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In the 2007 film, 3:10 to Yuma, Christian Bale’s character loses his foot while fighting in the Civil War. As compensation, the government gives him a sum of money, with which he attempts to forge a new life. Ultimately, though, he realizes that the government didn’t give him the money so he could walk away. They gave him the money so they could walk away. The token sum wasn’t so much to help him out as it was a settlement of any obligation the government had to him.

It’s a cynical perspective. But sadly, it seems to hold some universal truth, even within the realm of dating and relationships. Sometimes, we may believe we’re acting out of compassion and sympathy, but upon further scrutiny, we’re actually pandering to our own interests. Take the true story of Steven and Joanne:

Steven met Joanne through a mutual friend and was immediately intrigued by her. At first, Joanne wasn’t sure if she was interested. But he was persistent, so she decided to give him a chance. As they spent more and more time together, she realized that she was developing strong feelings for him. Unfortunately, the opposite was true for Steven. He found that his intrigue was slowly fading into disinterest.

After dating for five months, Steven called off the relationship, badly hurting Joanne in the process. In an effort to be the nice guy, Steven would occasionally call Joanne to “check up” and to see how she was doing. He wanted to show her that he still cared. As a compassionate person, he told himself, he was doing the right thing.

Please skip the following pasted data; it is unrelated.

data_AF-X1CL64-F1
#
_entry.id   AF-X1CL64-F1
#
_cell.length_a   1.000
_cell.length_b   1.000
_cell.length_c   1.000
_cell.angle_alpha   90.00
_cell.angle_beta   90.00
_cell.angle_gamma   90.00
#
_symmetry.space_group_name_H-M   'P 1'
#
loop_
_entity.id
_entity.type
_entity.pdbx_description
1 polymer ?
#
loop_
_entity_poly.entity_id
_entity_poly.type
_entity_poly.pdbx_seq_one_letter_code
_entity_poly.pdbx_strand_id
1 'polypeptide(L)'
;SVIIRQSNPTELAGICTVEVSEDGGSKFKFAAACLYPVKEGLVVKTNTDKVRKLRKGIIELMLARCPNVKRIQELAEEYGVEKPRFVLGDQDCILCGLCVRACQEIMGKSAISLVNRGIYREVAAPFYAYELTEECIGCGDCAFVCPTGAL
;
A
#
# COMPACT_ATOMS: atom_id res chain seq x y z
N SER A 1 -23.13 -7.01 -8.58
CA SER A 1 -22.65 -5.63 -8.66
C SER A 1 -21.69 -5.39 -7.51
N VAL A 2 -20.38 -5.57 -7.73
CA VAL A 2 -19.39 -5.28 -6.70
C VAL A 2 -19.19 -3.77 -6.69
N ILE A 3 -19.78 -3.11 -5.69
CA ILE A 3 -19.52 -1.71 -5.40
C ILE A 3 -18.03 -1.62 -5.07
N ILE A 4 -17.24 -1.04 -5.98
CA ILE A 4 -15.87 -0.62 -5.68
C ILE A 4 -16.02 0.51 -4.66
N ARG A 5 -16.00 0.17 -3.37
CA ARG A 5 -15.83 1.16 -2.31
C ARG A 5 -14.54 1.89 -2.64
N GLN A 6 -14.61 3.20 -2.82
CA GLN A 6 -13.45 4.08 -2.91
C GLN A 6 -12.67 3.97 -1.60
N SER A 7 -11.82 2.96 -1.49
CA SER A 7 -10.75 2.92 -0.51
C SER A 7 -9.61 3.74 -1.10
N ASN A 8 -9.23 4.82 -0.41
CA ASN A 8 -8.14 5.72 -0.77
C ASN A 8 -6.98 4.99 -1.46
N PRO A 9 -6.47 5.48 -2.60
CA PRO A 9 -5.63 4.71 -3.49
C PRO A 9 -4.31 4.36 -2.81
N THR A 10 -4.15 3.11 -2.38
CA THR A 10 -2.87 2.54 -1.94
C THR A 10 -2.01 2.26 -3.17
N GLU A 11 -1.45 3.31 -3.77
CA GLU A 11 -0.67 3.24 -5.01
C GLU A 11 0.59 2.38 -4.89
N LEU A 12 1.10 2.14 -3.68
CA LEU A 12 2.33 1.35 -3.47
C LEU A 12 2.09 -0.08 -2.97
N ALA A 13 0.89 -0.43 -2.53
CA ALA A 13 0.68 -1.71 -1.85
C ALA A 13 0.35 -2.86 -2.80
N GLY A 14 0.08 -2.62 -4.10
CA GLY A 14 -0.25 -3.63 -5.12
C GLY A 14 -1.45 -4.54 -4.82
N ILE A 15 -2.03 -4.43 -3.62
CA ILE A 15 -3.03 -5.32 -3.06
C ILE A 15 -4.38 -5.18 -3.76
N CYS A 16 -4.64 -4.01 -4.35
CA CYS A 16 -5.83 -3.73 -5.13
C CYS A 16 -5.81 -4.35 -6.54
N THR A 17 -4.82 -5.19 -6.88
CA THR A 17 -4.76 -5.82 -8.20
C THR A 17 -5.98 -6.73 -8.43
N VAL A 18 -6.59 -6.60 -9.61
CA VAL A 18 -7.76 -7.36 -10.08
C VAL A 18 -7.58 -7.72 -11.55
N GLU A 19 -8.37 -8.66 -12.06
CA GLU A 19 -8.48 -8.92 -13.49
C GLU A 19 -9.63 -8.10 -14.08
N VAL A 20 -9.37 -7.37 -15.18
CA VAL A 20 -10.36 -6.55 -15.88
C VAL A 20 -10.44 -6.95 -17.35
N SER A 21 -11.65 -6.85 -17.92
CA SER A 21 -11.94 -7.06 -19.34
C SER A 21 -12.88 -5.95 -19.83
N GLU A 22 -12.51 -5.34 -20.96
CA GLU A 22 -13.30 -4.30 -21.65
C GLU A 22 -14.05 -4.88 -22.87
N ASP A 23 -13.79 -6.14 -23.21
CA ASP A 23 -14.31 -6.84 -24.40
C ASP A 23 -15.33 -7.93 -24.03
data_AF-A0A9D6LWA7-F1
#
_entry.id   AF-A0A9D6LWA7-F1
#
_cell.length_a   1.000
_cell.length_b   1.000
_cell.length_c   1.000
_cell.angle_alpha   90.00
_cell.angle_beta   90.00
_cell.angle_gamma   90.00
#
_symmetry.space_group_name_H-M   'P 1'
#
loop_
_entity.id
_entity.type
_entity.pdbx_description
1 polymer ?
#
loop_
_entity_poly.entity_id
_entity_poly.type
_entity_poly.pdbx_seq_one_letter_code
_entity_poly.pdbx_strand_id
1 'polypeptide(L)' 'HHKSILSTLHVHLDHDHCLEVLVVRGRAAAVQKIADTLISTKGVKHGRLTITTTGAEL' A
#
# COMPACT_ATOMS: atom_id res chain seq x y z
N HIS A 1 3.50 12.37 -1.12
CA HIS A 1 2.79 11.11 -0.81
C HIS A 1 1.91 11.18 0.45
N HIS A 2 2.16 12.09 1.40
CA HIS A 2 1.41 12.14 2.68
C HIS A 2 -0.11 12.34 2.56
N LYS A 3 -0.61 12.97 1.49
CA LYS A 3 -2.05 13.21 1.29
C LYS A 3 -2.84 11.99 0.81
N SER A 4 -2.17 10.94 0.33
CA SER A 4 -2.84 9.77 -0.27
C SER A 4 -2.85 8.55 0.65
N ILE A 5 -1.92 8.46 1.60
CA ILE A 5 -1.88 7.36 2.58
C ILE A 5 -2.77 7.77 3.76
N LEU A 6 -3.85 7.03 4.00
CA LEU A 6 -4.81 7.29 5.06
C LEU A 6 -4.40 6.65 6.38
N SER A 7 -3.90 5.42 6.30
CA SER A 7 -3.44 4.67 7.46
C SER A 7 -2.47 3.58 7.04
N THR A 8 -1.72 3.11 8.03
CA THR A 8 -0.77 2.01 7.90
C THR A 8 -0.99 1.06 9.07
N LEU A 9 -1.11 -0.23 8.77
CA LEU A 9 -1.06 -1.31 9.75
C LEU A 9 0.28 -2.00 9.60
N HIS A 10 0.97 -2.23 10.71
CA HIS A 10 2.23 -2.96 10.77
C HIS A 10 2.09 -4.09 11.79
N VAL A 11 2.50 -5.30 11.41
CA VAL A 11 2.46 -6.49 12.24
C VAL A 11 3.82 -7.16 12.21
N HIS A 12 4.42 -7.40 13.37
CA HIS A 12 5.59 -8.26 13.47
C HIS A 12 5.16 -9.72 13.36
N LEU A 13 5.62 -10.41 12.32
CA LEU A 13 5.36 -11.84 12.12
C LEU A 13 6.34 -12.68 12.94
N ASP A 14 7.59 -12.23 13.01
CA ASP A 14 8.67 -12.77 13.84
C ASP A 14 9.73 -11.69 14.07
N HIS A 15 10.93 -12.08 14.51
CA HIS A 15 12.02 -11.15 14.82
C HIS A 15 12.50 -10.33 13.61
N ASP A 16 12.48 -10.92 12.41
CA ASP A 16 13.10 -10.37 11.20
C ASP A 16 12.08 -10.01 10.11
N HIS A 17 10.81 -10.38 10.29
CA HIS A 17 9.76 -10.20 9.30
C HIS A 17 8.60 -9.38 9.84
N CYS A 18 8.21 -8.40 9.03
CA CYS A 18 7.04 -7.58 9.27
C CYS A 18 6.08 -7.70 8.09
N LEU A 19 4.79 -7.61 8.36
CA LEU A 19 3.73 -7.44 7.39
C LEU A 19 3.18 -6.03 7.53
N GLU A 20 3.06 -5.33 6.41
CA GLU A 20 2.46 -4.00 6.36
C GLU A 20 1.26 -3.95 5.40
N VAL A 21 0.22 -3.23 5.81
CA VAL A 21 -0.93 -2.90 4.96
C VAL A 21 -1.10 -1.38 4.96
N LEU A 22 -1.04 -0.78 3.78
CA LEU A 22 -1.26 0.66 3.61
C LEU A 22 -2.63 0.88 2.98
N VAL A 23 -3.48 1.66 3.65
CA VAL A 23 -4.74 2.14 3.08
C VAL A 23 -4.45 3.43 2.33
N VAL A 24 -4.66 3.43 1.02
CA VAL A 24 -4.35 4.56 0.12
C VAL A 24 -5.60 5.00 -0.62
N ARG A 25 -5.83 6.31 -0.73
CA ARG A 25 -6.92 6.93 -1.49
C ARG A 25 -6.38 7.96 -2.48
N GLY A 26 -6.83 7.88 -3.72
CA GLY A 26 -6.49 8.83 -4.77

Now, is Steven a great guy or what? Talk about being the perfect model of a compassionate citizen, right?

Or is he?

Read the rest of the article on YourTango


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1 comment

  • Comment Link movingon18 Thursday, 20 June 2013 09:22 posted by movingon18

    The being nice thing only truly works when the parting terms were fair on both parties. The problem is that in most long term marriages, where one has been a stay at home mother, the two people in a relationship are rarely on an equal footing. There is always one person who earns more money than the other and the other person whose quality of life will greatly depend on the divorce settlement. This is what leads to men playing God in what happens to the future of their ex wives. Such men believe, they have a right to call the shots, about how much of "their money" should go to this woman who is no longer going to be their problem. It seems to be a case of, no longer being married to him, cancels out everything that the wife did for him and the family they had together. The outcome for ex wives like me, is many years of financial uncertainty as we struggle to rebuild, whilst the ex husband gloats over our reduced circumstances. How in heaven's name, am I not supposed to be offended, when my ex husband eventually tries to be friendly, knowing all the while he set me up to fail and has no intention of doing right by me? So in answer to the above question - the answer is yes it is selfish and deeply offensive to play nice after a divorce - depending on the level of cruelty inflicted at the end of the relationship.